Although seat 230 is fixedly coupled to tray 210 as illustrated, seat 230 can be rotatably mounted to tray 210, allowing a child to face different orientations in seat 230.
Although the seat adjustment device 234 as illustrated includes a male clip located at the bottom of the seat 230 with female clips located at different heights up the back of seat 230 for adjusting seat 230, other mechanisms such as hook and loop fastener straps, buckles, snaps, etc., can be used to adjust the seat height.
Although device 200 is shown in the collapsed configuration described above, several alternative ways of collapsing device 200 exist. For example, tray 210 can be pivotably coupled to rear support 280 at tray coupling 214 to allow a complete folding. Tray 210 can also fold around to the bottom of base 240 such foldable portion 236 of seat 230 and tray 210 contact foot guard 248 when collapsed. Front support leg 250 can also be fully pivotably coupled to tray 210 at tray coupling 212 and removably coupled to the front base member 246A at base coupling 242, or pivotably coupled to both front base member 246A and tray 210 with a lockable pivot in front support leg 250 to allow it to fold and collapse the device 10.
Although tray 210 is coupled to front base member 246A in the illustrated collapsed embodiment with a hook and loop type fastener 111 coupled to tray 210, other coupling means can be used. For example, a strap with a buckle, buttons, etc. can be used to secure device 200, with complimentary fasteners on different contacting portions of device 210. Front base member 246A or the bottom of front support leg 250 at base coupling 242 can also include a structure similar to upper engagement member 260 of front support leg 250 to allow tray 210 to couple at or near base coupling 242 in the same manner as tray coupling 212 discussed above.
While particular, illustrative embodiments have been described, numerous variations and modifications exist that would not depart from the scope of the invention.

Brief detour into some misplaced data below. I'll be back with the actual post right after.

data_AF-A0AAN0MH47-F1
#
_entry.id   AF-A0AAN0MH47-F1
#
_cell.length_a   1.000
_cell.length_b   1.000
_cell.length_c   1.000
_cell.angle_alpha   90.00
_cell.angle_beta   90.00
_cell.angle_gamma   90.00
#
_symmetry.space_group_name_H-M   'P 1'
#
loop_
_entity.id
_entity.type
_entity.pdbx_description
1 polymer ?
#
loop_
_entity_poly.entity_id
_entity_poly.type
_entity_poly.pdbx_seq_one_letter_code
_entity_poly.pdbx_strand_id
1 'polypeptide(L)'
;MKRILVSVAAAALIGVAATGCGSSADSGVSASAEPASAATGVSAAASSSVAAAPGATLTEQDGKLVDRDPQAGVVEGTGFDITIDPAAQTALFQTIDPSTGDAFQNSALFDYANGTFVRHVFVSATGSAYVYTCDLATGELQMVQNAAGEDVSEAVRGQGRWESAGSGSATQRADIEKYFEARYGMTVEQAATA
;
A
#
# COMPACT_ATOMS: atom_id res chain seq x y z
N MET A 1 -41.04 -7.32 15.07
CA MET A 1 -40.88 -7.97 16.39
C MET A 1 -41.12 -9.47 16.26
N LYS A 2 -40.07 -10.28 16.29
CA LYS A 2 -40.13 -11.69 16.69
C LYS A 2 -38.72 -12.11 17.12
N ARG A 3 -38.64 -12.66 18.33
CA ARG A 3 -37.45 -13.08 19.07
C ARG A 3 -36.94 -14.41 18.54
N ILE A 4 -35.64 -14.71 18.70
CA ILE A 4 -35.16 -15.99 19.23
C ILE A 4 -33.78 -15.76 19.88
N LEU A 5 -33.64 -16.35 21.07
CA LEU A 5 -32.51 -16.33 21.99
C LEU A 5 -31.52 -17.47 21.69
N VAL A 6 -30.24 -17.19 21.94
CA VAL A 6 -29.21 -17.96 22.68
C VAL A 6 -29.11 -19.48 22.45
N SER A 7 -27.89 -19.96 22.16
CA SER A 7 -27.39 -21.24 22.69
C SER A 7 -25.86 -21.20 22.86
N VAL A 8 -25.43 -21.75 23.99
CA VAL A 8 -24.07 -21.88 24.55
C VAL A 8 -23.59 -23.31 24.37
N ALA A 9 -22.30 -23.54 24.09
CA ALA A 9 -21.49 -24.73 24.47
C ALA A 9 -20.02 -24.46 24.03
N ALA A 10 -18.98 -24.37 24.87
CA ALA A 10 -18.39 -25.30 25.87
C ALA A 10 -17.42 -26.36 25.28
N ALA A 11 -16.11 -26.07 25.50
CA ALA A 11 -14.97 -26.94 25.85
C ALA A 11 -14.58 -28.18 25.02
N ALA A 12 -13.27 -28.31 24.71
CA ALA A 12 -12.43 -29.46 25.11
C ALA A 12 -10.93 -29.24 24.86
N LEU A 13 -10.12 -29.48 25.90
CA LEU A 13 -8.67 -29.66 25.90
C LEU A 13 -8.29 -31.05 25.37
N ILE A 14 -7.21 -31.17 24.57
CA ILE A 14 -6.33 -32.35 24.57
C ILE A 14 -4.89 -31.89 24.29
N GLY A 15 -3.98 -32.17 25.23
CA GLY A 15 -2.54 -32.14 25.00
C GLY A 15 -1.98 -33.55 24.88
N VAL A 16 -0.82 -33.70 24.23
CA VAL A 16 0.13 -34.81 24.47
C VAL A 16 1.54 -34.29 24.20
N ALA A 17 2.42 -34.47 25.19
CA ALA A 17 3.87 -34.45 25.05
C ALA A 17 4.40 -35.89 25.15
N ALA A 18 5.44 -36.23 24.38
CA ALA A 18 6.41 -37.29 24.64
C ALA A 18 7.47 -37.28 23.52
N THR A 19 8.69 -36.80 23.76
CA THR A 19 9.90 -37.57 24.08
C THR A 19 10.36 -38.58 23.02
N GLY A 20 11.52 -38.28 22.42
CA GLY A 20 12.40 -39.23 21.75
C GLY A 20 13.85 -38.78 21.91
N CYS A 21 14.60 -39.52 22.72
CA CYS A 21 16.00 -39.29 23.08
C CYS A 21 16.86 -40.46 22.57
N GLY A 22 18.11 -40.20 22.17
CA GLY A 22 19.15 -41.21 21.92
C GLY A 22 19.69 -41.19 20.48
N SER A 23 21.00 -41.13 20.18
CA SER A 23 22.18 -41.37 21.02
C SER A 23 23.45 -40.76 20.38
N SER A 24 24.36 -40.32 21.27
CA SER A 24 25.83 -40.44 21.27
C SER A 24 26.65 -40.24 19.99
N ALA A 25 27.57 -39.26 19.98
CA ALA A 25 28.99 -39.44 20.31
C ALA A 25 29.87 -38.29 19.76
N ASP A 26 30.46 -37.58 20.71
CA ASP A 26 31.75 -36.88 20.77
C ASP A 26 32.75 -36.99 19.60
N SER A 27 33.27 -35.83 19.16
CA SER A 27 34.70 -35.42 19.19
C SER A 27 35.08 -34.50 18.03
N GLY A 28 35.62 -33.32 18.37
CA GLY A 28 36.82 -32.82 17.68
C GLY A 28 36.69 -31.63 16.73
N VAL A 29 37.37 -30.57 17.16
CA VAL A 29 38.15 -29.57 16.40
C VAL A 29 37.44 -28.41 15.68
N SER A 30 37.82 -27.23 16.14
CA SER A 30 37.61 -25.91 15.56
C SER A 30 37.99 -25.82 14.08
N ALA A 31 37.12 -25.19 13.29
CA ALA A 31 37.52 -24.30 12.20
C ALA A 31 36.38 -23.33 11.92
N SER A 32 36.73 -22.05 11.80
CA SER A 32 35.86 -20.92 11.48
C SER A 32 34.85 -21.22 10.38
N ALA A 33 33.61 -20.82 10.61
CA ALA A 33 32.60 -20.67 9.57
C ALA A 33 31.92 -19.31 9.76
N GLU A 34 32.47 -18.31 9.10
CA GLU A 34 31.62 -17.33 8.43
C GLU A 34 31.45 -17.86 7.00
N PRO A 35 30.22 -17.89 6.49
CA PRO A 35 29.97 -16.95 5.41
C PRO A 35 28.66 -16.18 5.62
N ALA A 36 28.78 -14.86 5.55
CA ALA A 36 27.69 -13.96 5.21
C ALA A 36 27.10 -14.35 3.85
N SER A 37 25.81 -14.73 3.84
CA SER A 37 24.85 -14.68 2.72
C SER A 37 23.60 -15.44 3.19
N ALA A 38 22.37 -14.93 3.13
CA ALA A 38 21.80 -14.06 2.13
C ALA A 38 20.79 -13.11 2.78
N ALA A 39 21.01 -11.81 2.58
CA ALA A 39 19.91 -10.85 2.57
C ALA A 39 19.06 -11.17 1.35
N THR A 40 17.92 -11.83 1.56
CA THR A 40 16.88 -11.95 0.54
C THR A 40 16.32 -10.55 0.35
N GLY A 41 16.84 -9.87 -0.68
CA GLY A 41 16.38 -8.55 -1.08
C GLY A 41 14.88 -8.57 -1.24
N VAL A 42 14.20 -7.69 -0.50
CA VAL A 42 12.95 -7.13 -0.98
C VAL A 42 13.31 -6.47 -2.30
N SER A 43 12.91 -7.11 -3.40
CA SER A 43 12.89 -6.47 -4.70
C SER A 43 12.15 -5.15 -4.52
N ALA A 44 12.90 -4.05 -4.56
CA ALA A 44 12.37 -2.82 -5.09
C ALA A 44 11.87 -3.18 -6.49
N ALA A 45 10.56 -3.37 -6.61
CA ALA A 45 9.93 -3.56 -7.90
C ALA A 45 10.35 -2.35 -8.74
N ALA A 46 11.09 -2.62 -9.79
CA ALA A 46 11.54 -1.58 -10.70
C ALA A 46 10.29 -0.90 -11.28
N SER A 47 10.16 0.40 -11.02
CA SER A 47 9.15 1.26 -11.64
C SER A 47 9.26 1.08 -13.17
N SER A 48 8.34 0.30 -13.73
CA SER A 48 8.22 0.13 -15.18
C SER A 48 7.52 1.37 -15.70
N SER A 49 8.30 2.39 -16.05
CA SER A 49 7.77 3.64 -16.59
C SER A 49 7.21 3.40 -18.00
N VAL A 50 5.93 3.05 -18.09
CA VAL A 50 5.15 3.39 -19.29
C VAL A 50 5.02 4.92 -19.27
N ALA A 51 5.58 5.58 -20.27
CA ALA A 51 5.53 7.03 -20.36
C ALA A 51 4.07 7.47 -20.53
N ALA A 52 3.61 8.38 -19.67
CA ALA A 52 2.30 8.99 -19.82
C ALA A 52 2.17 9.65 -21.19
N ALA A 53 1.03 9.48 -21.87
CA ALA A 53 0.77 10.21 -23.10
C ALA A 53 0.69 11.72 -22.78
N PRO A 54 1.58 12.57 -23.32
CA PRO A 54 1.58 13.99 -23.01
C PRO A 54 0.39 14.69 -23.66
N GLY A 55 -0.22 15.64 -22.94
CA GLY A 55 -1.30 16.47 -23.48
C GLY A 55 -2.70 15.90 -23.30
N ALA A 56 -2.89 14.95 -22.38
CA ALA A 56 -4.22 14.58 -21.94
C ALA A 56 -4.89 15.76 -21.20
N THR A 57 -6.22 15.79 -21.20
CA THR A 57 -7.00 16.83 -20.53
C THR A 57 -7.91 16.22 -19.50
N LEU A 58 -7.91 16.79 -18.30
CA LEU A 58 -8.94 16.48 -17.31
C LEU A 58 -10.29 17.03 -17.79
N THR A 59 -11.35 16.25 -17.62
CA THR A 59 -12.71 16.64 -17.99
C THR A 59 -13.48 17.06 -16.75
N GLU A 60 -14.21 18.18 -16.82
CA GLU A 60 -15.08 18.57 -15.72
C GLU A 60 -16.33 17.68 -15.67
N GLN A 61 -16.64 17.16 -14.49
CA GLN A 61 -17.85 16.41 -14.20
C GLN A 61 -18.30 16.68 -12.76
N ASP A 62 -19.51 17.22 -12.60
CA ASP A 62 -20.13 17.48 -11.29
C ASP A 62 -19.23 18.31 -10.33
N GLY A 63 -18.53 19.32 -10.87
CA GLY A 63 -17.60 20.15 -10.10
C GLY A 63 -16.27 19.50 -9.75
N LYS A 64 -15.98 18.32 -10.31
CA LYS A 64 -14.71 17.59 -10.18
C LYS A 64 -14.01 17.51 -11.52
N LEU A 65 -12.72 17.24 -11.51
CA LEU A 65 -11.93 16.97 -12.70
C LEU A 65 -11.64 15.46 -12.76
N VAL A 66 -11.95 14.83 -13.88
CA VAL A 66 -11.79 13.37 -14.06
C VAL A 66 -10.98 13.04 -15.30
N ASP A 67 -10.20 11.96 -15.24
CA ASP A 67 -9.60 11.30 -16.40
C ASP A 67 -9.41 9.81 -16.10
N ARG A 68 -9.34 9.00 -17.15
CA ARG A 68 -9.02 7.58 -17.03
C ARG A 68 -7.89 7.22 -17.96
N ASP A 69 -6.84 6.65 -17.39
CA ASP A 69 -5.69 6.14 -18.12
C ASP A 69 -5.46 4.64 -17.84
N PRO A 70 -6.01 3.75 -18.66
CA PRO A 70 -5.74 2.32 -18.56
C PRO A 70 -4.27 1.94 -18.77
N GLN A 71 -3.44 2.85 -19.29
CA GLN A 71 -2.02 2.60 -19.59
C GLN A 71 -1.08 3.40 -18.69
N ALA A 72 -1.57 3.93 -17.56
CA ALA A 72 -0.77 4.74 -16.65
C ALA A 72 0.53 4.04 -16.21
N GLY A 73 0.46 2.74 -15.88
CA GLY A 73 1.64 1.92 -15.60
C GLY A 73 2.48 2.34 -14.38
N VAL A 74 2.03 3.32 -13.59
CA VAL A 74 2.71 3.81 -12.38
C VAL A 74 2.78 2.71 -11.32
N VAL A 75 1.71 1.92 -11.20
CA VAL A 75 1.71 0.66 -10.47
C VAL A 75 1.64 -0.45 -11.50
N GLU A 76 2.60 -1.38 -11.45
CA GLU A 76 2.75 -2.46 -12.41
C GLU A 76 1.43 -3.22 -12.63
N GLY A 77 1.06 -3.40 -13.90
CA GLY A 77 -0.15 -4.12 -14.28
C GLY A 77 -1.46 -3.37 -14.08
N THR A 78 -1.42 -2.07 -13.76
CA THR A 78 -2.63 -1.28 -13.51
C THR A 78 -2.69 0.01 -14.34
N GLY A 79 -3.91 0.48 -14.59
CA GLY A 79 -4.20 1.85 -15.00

While various embodiments of the invention have been described above, it should be understood that they have been presented by way of example only, and not limitation. Thus, the breadth and scope of the invention should not be limited by any of the above-described embodiments, but should be defined only in accordance with the following claims and their equivalents.
The previous description of the embodiments is provided to enable any person skilled in the art to make or use the invention. While the invention has been particularly shown and described with reference to embodiments thereof, it will be understood by those skilled in the art that various changes in form and details can be made therein without departing from the spirit and scope of the invention.
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|U.S. Classification||297/136, 297/5|
|International Classification||A47D15/00, A47D3/00, A63H33/00, A47D13/00, A47D13/04, A47B83/02, A47D13/10|
|Cooperative Classification||A47D13/107, A63H33/006, A47D3/00|
|European Classification||A47D3/00, A47D13/10F, A63H33/00F|
|Feb 6, 2004||AS||Assignment|
Owner name: MATTEL, INC., CALIFORNIA
Free format text: ASSIGNMENT OF ASSIGNORS INTEREST;ASSIGNORS:ASBACH, RONALD M.;GUBITOSI, DOMENIC T.;REEL/FRAME:014966/0534
Effective date: 20040202
|Aug 6, 2008||FPAY||Fee payment|
Year of fee payment: 4
|Aug 15, 2012||FPAY||Fee payment|
Year of fee payment: 8
|Aug 15, 2016||FPAY||Fee payment|
Year of fee payment: 12